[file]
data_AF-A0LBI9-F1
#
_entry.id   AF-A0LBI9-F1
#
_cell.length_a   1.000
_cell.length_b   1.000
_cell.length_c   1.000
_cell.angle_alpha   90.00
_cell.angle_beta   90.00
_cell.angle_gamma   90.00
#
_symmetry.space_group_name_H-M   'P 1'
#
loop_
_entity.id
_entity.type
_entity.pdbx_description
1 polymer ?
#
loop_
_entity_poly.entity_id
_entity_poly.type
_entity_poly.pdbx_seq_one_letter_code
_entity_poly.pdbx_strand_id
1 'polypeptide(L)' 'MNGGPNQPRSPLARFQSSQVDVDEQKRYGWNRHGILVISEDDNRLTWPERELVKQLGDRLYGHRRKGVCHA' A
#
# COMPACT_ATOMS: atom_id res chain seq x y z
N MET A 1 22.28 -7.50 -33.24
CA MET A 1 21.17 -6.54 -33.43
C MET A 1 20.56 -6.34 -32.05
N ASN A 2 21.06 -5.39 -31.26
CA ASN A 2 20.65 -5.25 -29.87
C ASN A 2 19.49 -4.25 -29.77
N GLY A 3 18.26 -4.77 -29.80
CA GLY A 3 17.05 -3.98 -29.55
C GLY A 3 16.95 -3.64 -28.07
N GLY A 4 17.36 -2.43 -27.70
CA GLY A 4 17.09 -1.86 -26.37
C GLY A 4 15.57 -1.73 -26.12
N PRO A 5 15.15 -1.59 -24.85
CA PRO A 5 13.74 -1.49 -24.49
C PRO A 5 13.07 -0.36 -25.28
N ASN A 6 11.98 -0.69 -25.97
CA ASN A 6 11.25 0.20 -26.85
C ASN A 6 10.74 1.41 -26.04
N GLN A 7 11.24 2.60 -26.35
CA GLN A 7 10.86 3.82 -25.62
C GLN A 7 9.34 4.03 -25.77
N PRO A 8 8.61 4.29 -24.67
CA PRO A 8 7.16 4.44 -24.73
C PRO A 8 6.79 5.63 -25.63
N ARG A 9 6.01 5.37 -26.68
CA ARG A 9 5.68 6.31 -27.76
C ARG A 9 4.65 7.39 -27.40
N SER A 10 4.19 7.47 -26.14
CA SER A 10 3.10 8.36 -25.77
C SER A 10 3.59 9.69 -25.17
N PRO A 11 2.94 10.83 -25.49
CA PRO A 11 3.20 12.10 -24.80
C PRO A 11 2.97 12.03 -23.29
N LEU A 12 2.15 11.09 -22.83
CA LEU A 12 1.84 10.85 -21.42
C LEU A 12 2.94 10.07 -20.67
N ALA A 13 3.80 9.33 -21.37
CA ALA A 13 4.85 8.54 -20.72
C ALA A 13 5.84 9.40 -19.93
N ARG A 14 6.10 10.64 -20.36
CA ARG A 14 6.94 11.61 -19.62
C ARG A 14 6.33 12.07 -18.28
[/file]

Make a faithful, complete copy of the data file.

data_AF-A0LBI9-F1
#
_entry.id   AF-A0LBI9-F1
#
_cell.length_a   1.000
_cell.length_b   1.000
_cell.length_c   1.000
_cell.angle_alpha   90.00
_cell.angle_beta   90.00
_cell.angle_gamma   90.00
#
_symmetry.space_group_name_H-M   'P 1'
#
loop_
_entity.id
_entity.type
_entity.pdbx_description
1 polymer ?
#
loop_
_entity_poly.entity_id
_entity_poly.type
_entity_poly.pdbx_seq_one_letter_code
_entity_poly.pdbx_strand_id
1 'polypeptide(L)' 'MNGGPNQPRSPLARFQSSQVDVDEQKRYGWNRHGILVISEDDNRLTWPERELVKQLGDRLYGHRRKGVCHA' A
#
# COMPACT_ATOMS: atom_id res chain seq x y z
N MET A 1 22.28 -7.50 -33.24
CA MET A 1 21.17 -6.54 -33.43
C MET A 1 20.56 -6.34 -32.05
N ASN A 2 21.06 -5.39 -31.26
CA ASN A 2 20.65 -5.25 -29.87
C ASN A 2 19.49 -4.25 -29.77
N GLY A 3 18.26 -4.77 -29.80
CA GLY A 3 17.05 -3.98 -29.55
C GLY A 3 16.95 -3.64 -28.07
N GLY A 4 17.36 -2.43 -27.70
CA GLY A 4 17.09 -1.86 -26.37
C GLY A 4 15.57 -1.73 -26.12
N PRO A 5 15.15 -1.59 -24.85
CA PRO A 5 13.74 -1.49 -24.49
C PRO A 5 13.07 -0.36 -25.28
N ASN A 6 11.98 -0.69 -25.97
CA ASN A 6 11.25 0.20 -26.85
C ASN A 6 10.74 1.41 -26.04
N GLN A 7 11.24 2.60 -26.35
CA GLN A 7 10.86 3.82 -25.62
C GLN A 7 9.34 4.03 -25.77
N PRO A 8 8.61 4.29 -24.67
CA PRO A 8 7.16 4.44 -24.73
C PRO A 8 6.79 5.63 -25.63
N ARG A 9 6.01 5.37 -26.68
CA ARG A 9 5.68 6.31 -27.76
C ARG A 9 4.65 7.39 -27.40
N SER A 10 4.19 7.47 -26.14
CA SER A 10 3.10 8.36 -25.77
C SER A 10 3.59 9.69 -25.17
N PRO A 11 2.94 10.83 -25.49
CA PRO A 11 3.20 12.10 -24.80
C PRO A 11 2.97 12.03 -23.29
N LEU A 12 2.15 11.09 -22.83
CA LEU A 12 1.84 10.85 -21.42
C LEU A 12 2.94 10.07 -20.67
N ALA A 13 3.80 9.33 -21.37
CA ALA A 13 4.85 8.54 -20.72
C ALA A 13 5.84 9.40 -19.93
N ARG A 14 6.10 10.64 -20.36
CA ARG A 14 6.94 11.61 -19.62
C ARG A 14 6.33 12.07 -18.28